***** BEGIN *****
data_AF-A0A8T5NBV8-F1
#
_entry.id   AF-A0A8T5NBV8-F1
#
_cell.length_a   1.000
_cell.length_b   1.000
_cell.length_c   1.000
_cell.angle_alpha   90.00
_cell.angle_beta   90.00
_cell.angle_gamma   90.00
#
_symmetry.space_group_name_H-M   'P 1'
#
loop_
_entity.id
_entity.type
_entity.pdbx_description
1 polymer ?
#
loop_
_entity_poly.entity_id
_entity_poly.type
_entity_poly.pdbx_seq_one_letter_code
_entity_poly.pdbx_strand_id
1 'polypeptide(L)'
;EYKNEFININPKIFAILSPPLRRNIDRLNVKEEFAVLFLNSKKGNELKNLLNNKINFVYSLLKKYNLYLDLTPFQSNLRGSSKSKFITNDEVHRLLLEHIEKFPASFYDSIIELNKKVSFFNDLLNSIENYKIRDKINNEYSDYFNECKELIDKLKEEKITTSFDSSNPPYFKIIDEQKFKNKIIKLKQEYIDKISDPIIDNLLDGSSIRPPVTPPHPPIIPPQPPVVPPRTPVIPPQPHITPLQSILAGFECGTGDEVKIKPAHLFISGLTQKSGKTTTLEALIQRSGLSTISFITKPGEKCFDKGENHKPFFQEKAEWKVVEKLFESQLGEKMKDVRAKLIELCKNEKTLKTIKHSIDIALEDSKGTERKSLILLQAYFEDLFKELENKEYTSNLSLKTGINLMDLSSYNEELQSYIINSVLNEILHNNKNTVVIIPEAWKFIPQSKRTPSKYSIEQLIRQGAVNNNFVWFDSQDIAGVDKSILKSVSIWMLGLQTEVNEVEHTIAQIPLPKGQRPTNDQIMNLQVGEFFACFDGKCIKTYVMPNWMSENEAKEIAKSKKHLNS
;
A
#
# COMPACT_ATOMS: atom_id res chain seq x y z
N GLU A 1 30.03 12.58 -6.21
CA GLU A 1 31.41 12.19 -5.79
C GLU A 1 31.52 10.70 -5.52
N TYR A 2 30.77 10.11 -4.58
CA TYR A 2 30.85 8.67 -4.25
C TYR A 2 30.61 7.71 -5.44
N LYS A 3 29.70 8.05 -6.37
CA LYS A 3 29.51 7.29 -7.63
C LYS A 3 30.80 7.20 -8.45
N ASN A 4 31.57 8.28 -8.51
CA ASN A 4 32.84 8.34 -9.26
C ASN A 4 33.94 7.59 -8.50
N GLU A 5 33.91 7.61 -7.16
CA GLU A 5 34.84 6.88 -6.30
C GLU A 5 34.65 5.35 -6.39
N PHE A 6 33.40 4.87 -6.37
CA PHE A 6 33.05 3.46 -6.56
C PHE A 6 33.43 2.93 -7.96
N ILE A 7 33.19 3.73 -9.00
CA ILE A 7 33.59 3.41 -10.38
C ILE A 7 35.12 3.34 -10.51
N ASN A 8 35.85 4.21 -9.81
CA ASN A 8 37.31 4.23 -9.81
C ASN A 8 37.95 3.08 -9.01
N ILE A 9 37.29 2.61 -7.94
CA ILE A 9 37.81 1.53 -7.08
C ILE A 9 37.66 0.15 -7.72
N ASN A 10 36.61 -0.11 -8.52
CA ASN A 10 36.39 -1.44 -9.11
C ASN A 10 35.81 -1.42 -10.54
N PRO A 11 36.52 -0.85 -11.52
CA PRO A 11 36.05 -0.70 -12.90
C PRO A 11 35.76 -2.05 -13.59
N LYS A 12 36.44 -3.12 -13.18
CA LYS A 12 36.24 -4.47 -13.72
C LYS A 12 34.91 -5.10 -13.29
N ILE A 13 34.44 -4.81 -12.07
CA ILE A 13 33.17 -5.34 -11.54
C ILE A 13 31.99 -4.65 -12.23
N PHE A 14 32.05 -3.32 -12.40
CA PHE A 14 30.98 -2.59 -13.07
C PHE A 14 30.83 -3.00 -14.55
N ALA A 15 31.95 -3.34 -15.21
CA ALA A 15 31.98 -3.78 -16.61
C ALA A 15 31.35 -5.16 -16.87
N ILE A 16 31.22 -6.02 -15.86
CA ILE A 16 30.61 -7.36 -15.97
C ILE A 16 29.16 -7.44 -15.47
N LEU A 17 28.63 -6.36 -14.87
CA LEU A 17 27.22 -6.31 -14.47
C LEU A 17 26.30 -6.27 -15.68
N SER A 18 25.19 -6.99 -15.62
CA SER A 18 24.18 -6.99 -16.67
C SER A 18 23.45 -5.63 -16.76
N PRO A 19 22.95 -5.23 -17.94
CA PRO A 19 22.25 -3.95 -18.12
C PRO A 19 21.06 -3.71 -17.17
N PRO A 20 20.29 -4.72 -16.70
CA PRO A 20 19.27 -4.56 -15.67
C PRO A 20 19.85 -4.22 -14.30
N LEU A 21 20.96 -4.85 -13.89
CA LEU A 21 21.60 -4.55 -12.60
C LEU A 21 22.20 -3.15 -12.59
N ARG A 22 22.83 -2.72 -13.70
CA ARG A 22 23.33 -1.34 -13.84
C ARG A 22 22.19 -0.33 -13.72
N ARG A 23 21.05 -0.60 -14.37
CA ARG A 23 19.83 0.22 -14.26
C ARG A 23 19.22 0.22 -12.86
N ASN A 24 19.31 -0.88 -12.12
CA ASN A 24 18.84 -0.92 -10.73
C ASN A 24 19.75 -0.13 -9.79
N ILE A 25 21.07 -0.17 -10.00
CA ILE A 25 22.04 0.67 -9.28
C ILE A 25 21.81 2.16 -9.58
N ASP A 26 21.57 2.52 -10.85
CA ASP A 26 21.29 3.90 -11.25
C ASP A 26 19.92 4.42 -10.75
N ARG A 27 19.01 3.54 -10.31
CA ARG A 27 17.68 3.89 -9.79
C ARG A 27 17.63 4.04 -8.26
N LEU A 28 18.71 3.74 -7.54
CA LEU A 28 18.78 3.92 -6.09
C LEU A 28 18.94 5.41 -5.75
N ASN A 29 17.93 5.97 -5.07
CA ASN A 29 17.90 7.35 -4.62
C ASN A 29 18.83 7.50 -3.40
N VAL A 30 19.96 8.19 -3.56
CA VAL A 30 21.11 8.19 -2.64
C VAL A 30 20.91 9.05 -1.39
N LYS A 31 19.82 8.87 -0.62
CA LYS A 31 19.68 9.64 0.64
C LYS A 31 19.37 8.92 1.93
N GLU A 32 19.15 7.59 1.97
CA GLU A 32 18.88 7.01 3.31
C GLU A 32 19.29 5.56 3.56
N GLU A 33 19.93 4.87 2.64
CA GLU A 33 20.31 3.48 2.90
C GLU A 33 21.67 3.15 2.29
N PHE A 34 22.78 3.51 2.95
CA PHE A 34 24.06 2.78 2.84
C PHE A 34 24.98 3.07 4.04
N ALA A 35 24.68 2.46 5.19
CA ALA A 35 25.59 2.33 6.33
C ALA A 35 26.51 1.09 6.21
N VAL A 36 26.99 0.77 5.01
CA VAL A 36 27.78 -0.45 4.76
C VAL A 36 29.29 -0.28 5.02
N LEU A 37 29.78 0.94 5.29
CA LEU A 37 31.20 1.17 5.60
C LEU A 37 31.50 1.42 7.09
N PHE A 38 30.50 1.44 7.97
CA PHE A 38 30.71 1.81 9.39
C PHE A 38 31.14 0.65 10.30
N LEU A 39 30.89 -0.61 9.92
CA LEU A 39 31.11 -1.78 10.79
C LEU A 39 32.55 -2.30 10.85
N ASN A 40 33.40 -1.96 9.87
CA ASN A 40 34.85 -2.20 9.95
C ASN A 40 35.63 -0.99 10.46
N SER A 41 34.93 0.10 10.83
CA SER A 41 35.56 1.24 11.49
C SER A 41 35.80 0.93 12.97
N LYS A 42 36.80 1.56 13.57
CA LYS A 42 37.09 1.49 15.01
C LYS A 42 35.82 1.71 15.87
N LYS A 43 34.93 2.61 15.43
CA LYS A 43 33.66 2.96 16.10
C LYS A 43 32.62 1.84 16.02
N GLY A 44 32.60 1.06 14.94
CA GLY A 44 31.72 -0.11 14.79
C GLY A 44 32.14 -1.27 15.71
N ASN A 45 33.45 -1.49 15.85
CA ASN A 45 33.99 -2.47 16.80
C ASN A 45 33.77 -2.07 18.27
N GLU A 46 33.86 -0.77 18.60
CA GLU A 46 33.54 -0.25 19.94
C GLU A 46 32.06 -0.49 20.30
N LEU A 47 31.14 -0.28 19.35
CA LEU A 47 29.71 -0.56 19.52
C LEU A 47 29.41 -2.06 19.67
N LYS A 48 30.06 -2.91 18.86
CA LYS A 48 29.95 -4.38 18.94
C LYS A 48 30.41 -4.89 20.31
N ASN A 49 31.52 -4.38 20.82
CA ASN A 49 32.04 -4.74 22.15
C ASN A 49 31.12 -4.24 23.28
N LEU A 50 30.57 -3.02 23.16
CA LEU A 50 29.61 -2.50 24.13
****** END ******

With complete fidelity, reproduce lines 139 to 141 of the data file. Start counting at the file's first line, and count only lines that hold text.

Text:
N LEU A 37 29.78 0.94 5.29
CA LEU A 37 31.20 1.17 5.60
C LEU A 37 31.50 1.42 7.09